On St, 2015-02-25 at 14:32 +0100, Hubert Kario wrote:
On Tuesday 24 February 2015 09:24:36 Chris Murphy wrote:
> On Tue, Feb 24, 2015 at 9:10 AM, Hubert Kario <hkario(a)redhat.com> wrote:
> > thing is, that even if it just comes up once that means that the attackers
> > either use full publicly available word lists or not entirely trivial
> > password modification rules ("trustno1" is on 1001th position in
> > list)
> > either means that a simple dictionary check won't protect against such
> > opportunistic attackers
> > note to self: get password list from honeypots
> In the UI for setting a password, how does the guideline read for such
> "Your password must contain at least 8 characters and must contain at
> least one letter and one numeric or punctuation character" is
> obviously not going to work.
I would consider the following to be good interaction:
For a password like: Troubadour1&
Your password failed a complexity check, estimated entropy: 17 bits, password
pattern detected: dictionary word with simple modifications (capitalise,
suffix-1, suffix-symbol). This system requires passwords with at least 20 bits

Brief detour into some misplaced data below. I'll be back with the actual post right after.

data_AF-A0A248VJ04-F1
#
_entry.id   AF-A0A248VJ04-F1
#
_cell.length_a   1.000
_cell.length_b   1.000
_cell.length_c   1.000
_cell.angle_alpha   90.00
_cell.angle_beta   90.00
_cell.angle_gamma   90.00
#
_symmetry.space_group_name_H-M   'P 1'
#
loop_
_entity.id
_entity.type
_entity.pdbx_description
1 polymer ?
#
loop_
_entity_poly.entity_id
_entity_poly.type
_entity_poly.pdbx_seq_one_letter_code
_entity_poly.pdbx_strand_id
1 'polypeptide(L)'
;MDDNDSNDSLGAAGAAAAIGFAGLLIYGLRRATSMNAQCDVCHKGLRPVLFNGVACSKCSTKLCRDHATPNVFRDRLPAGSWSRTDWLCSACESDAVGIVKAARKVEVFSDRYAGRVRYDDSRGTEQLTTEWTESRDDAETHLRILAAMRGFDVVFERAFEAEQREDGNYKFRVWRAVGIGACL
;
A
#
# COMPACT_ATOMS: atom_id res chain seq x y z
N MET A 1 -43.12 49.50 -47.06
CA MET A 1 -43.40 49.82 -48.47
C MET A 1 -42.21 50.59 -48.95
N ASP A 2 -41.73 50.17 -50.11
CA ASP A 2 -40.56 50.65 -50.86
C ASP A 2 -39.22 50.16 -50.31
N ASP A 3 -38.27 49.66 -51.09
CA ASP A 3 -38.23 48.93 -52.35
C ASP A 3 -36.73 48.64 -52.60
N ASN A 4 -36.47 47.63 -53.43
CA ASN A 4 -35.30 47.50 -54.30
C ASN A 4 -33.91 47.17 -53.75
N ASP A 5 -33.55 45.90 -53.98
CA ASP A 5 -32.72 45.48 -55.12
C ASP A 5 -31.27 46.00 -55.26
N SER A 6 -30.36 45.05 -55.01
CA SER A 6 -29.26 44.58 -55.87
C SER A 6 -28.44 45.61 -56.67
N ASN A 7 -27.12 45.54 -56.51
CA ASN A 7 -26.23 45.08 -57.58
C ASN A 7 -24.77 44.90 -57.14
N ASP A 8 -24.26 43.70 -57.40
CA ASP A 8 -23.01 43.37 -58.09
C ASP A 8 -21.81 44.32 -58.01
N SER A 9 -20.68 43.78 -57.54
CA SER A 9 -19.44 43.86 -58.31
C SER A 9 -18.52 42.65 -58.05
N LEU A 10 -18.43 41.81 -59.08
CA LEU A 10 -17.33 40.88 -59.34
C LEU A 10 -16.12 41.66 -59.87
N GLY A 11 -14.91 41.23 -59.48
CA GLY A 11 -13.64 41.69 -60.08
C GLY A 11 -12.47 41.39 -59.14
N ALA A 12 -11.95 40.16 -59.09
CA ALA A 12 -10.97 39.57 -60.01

Please try a different password.
If nobody else is looking at your screen, you can use one of the following
second wanted degree
however ready respect using
I do not think that two random words password from not
dictionary would be sufficiently strong. You have to understand that the
attacker will know which dictionary was used to generate it. And a big
dictionary means that the words will be so obscure that people will not
be able to memorize them much more easily than randomized single word.
And then when the user enters the "red mist" password, I'd expect it to
Estimated password entropy: 20 bits. Low complexity, acceptable.
Possibly with a tooltip that says "Password pattern detected: 2 random
(switch "entropy" with "score" if we want to be user-friendly and not
users with technicalities)
I am not too confident with the password entropy scoring as presented by
the NIST standard.
So not only say "your password is bad", but also say _why_ it is bad and
provide ready to use passwords that will match the requirement.
All in all yes, this is good proposal, except nobody is working on the
code that would implement it. At least I do not see it as a high
priority for me.
No matter how far down the wrong road you've gone, turn back.
(You'll never know whether the road is wrong though.)